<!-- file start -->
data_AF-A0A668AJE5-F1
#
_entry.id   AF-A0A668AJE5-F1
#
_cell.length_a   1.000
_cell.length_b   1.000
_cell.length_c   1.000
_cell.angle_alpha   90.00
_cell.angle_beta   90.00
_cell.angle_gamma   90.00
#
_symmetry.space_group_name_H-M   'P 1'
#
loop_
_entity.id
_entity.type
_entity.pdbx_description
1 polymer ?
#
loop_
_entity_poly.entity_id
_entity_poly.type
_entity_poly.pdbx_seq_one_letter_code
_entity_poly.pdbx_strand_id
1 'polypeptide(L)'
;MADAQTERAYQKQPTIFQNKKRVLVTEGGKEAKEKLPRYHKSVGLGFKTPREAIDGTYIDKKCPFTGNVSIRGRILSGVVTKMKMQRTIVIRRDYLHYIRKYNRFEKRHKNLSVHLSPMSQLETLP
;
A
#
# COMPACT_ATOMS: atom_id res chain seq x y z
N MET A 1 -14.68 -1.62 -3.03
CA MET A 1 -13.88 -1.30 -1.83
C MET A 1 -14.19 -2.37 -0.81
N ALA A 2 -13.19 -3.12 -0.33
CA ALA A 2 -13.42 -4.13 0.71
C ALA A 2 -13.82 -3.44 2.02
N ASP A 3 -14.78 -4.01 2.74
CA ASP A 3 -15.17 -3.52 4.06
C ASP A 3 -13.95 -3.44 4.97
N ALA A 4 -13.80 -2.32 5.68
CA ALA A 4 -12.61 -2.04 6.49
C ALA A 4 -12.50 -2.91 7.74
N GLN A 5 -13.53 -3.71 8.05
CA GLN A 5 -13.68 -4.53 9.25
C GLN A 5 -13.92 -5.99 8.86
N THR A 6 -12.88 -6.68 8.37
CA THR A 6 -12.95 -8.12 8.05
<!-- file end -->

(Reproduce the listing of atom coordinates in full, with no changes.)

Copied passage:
data_AF-A0A668AJE5-F1
#
_entry.id   AF-A0A668AJE5-F1
#
_cell.length_a   1.000
_cell.length_b   1.000
_cell.length_c   1.000
_cell.angle_alpha   90.00
_cell.angle_beta   90.00
_cell.angle_gamma   90.00
#
_symmetry.space_group_name_H-M   'P 1'
#
loop_
_entity.id
_entity.type
_entity.pdbx_description
1 polymer ?
#
loop_
_entity_poly.entity_id
_entity_poly.type
_entity_poly.pdbx_seq_one_letter_code
_entity_poly.pdbx_strand_id
1 'polypeptide(L)'
;MADAQTERAYQKQPTIFQNKKRVLVTEGGKEAKEKLPRYHKSVGLGFKTPREAIDGTYIDKKCPFTGNVSIRGRILSGVVTKMKMQRTIVIRRDYLHYIRKYNRFEKRHKNLSVHLSPMSQLETLP
;
A
#
# COMPACT_ATOMS: atom_id res chain seq x y z
N MET A 1 -14.68 -1.62 -3.03
CA MET A 1 -13.88 -1.30 -1.83
C MET A 1 -14.19 -2.37 -0.81
N ALA A 2 -13.19 -3.12 -0.33
CA ALA A 2 -13.42 -4.13 0.71
C ALA A 2 -13.82 -3.44 2.02
N ASP A 3 -14.78 -4.01 2.74
CA ASP A 3 -15.17 -3.52 4.06
C ASP A 3 -13.95 -3.44 4.97
N ALA A 4 -13.80 -2.32 5.68
CA ALA A 4 -12.61 -2.04 6.49
C ALA A 4 -12.50 -2.91 7.74
N GLN A 5 -13.53 -3.71 8.05
CA GLN A 5 -13.68 -4.53 9.25
C GLN A 5 -13.92 -5.99 8.86
N THR A 6 -12.88 -6.68 8.37
CA THR A 6 -12.95 -8.12 8.05